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At the moment the interest in rhinoceros horn in Australia seems to be exploding. At Klepner’s we have seen several items come through for valuation and have been consulted by many auction houses in order to verify the authenticity of various objects made from rhinoceros horn. 

The dreadful truth is that in addition to being carved, rhinoceros horn is being consumed in Traditional Chinese Medicine to cure wide array of maladies, from headaches to cancer and even as a form of Viagra, where it sells for about $2000.00 per kilo. This “base” price sets the bench mark in exactly the same way that the spot price sets the base price for gold in jewellery and that price is rising.

It cannot be argued that some very fine, exquisitely carved, historical & antique artefacts have been carved from rhinoceros horn, particularly those carved during the Quian Long period (1736-1795) in China. Items such as libation cups, brush washers, vases and carved whole horns, featuring base relief carving, are seen in many museums in the world and of course, private collections.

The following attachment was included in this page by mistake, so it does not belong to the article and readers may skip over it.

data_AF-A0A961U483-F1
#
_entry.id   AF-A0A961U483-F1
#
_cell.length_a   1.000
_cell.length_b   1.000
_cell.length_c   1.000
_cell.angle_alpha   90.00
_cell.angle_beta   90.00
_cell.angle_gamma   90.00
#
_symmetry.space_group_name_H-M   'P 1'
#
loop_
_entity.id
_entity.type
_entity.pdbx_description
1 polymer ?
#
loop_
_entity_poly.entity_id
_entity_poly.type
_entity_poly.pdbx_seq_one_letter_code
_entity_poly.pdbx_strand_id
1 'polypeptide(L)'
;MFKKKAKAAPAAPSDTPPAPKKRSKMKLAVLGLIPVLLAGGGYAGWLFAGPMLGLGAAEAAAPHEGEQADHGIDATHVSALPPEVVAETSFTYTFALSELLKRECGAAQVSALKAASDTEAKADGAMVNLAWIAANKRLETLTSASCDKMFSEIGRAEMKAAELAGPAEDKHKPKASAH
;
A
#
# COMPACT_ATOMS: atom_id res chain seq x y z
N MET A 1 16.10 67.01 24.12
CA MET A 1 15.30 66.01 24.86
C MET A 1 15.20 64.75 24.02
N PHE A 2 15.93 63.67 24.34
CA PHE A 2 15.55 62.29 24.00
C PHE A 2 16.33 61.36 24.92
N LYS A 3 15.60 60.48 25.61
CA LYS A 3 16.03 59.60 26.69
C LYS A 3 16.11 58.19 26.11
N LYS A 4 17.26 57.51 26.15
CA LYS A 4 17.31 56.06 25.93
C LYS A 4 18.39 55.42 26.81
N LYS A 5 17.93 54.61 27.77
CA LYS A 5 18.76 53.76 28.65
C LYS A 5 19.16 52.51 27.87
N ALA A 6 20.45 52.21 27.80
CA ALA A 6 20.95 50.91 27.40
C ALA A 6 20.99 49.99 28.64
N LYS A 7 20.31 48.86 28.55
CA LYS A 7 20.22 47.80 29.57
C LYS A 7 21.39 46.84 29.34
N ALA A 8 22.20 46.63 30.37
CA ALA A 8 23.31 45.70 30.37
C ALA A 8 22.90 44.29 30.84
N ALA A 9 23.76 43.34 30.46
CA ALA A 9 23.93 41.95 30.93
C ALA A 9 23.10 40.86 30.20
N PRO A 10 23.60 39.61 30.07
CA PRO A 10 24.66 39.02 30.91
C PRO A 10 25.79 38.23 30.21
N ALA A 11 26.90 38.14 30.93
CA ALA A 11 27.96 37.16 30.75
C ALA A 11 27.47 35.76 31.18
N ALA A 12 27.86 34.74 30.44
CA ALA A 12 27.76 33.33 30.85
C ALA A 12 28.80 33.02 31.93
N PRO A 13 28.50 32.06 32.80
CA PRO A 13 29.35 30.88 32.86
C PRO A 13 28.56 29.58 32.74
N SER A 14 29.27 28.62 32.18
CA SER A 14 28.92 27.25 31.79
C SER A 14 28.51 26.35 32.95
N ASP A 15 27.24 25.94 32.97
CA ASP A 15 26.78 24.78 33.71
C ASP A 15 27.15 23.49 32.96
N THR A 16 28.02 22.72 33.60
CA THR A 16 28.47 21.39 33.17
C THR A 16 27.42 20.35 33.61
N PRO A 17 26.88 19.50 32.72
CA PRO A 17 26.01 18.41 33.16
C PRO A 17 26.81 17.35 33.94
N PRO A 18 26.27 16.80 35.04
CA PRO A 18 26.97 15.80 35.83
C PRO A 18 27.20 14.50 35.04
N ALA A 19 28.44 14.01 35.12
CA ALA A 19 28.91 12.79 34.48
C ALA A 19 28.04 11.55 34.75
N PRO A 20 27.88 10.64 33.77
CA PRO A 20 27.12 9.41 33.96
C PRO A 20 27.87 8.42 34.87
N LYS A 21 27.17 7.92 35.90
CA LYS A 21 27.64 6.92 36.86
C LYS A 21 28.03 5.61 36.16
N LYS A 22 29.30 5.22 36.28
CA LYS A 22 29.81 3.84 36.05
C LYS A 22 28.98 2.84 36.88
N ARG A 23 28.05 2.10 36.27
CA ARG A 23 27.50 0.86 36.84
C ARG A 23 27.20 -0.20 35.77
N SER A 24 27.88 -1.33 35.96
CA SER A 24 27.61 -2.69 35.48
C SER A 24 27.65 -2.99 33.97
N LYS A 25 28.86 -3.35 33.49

It is illegal in Australia to import, buy or sell rhinoceros horn, unless it is a verified antique, in the same way ivory & coral are protected, this is where we often come in. The problem is, where the is demand, there is always someone, somewhere, waiting to capitalize on it. Currently three of the five species, the Sumatran, Javan and Black Rhino are all listed as 'critically endangered'.

An upcoming edition of the Australian Gemmologist will include a paper I have written on this very unsettling subject. As the saying goes No one in the world needs rhino horn, but a rhino.

- Ronnie Bauer